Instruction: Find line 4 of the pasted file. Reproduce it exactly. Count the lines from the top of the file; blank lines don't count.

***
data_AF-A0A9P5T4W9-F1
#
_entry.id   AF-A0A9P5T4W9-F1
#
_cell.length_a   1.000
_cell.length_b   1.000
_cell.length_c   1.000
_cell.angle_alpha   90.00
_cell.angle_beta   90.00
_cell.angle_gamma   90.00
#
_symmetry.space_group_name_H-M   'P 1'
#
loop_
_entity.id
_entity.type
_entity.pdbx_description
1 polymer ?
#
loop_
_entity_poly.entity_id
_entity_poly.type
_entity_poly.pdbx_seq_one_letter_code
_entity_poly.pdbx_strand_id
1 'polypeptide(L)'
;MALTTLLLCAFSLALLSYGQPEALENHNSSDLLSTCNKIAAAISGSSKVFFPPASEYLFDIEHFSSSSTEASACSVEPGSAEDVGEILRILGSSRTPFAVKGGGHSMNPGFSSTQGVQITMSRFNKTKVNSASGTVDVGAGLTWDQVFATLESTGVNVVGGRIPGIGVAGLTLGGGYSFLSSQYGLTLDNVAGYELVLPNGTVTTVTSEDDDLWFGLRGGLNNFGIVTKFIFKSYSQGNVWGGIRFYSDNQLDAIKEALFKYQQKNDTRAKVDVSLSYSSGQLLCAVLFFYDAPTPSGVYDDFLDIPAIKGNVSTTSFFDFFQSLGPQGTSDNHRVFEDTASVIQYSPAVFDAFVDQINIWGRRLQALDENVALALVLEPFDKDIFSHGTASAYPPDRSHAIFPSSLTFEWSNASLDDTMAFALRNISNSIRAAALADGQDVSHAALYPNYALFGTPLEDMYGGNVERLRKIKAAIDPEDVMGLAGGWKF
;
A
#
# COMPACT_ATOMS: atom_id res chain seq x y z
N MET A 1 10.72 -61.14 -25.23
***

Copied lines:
#